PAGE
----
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User Name Thread Name Subject Posted
Reiver 2 Lyr Req: Will You Come to the Bower (Thomas Moore) (15) Lyr Add: COME TO THE BOWER 03 Sep 09

The version of this song that I've heard here in the States is not credited to anyone. {Understandably, I think, as you will observe.] I have it in two songbooks I purchased in Ireland. The lyrics are slightly different, but both carry "notes" to the effect that it was a homecoming "call to Irishmen abroad but especially in America to return to the home country to win our final freedom from oppression and tyranny" [in the book "100 Irish Ballads"] and "This song was meant as a home-coming to the exiled Irish and in particular to the American supporters of the Fenian movement," [in "Folksongs and Ballads Popular in Ireland, Vol. 1."]

The lyrics in the first are as follows with variations in the 2nd version in {brackets}


Will you come to the bower o'er the free boundless ocean
Where the stupendous waves roll in thunder and [thundering] motion,
Where the mermaids are seen and the fierce tempest gathers.
To love[d] Erin the green the dear land of our fathers.

CHO: Will you come, will you, will you,
Will you come to the bower.

Will you come to the land of O'Neill and O'Donnell,
The patriot soldiers of Tirowen and Tirconnell
[Of Lord Lucan of old and the immortal O'Connell]
Where Brian drove the Danes and Sain Patrick the vermin
And whose valleys remain remain still most beautiful and charming. CHORUS

You can visit Benburb and the storied Blackwater
Where Owen Roe met Monroe and his chieftans of [did] slaughter.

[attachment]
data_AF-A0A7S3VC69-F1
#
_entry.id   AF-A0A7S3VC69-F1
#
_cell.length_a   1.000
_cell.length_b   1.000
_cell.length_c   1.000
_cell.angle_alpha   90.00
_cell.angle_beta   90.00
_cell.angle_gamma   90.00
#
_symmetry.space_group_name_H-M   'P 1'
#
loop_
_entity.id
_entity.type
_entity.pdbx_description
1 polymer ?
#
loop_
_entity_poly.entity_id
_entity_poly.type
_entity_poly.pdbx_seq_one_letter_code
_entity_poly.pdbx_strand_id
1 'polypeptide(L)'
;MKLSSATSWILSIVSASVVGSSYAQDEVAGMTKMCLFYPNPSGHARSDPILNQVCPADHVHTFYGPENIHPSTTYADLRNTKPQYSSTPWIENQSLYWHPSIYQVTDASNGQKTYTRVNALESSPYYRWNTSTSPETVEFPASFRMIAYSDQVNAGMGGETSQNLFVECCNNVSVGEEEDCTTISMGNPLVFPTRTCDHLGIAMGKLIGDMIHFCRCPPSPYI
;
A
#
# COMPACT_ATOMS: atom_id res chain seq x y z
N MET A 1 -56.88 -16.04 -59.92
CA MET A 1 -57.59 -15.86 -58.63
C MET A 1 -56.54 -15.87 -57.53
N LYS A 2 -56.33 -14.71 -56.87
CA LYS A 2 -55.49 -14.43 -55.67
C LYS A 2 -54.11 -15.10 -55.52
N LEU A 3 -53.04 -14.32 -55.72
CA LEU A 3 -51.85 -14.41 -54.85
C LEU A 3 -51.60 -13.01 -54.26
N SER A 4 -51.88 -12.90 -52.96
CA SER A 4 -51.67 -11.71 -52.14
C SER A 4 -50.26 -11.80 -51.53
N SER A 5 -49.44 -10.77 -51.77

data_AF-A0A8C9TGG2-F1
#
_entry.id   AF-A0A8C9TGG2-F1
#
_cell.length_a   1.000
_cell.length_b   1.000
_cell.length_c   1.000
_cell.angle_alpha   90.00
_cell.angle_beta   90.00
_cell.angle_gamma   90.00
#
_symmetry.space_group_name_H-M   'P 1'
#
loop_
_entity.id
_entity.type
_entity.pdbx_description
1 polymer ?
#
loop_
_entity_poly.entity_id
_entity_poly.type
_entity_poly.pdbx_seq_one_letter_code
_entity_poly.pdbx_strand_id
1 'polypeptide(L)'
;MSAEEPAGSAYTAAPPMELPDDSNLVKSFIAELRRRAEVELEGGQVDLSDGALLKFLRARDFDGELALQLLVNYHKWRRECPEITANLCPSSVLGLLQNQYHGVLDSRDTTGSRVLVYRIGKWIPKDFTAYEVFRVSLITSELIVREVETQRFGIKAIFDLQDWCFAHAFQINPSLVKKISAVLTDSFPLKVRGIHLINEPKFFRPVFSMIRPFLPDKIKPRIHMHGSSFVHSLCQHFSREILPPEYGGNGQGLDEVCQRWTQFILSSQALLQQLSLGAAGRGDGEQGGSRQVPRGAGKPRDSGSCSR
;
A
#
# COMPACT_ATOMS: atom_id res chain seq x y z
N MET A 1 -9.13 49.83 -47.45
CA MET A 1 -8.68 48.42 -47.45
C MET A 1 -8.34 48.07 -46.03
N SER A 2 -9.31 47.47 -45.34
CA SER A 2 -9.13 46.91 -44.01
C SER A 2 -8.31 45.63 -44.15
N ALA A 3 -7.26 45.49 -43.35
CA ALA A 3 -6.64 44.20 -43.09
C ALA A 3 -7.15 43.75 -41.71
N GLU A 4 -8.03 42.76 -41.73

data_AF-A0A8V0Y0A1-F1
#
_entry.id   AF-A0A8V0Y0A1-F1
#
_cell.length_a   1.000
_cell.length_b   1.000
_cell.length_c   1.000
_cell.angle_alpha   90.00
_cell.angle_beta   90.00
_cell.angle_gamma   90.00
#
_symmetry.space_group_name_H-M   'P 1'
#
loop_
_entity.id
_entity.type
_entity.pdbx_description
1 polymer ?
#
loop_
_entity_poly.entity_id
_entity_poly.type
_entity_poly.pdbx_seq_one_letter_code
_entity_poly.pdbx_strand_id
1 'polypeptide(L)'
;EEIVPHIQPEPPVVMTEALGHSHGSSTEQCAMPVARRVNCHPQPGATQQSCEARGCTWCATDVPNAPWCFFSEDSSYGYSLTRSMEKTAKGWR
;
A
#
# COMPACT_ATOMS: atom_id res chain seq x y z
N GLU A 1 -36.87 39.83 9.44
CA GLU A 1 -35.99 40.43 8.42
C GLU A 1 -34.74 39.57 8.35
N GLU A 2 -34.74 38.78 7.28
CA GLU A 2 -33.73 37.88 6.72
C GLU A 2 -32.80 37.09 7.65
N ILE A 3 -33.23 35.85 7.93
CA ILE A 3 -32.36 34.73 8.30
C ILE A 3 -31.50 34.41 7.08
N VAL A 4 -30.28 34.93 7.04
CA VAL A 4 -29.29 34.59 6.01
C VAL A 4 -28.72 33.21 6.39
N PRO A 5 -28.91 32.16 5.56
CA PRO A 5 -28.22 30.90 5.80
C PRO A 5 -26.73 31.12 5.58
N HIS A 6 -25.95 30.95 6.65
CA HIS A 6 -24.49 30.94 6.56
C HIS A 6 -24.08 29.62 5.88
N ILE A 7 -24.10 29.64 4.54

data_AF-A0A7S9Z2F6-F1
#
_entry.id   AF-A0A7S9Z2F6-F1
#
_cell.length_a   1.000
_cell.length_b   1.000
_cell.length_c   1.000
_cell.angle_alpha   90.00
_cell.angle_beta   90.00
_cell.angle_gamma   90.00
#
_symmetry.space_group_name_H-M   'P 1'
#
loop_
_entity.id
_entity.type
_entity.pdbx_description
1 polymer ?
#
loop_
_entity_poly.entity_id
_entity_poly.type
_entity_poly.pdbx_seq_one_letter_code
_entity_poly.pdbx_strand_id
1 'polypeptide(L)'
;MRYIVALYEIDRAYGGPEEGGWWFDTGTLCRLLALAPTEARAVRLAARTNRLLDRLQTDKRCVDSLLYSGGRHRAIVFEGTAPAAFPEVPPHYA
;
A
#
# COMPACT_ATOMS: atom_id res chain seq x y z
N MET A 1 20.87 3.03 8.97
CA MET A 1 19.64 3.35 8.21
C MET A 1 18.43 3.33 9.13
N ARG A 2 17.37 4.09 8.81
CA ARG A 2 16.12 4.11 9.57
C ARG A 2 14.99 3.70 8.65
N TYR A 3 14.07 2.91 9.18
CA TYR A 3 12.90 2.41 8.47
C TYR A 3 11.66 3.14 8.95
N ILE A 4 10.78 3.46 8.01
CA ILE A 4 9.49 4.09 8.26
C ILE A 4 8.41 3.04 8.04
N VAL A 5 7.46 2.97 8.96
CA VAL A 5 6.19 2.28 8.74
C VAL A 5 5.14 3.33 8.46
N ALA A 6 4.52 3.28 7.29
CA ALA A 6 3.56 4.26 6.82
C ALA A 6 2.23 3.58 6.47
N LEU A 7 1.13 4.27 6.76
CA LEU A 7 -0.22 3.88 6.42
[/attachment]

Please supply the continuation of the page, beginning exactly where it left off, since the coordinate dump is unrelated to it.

You may ride on the tide of the broad mystic Shannon;
[Where the lambs skip and play on the mossey all over]
You may sail round Lough Neagh and see storied Dungannon.
[From those golden bright views to enchanting Rostrevor]. CHORUS

[You can see Dublin city and the fine groves of Blarney
The Bann, Boyne, the Liffey, and the Lakes of Killarney;
You may ride on the tide o'er the broad majestic Shannon;
You may sail round Loch Neagh and see storied Dungannon.]

You can visit New Ross, gallant Wexford and Gorey,
Where the green was last seen by proud Saxon and Tory;
Where the soil is sanctified by the blood of each true man;
Where they died satisfied, their enemies they would not run from. CHORUS

Will you come and awake our lost land from its slumber
And her fetters we will break, links that long are encumbered
And the air will resound with Hosannas to greet you
On the shores will be found gallant Irishmen to meet you. CHORUS

The 2nd version has an extra verse. All I can say is that if these were the best the Fenians could offer as recruiting songs, it's not surprising that they failed to be more successful in the early efforts for independence. The song is much more effective, I think, as a love ballad as Thomas Moore wrote it! The tune is pleasant as a love song. What's the origin of the tune... or did I miss that in earlier discussions?

Reiver 2

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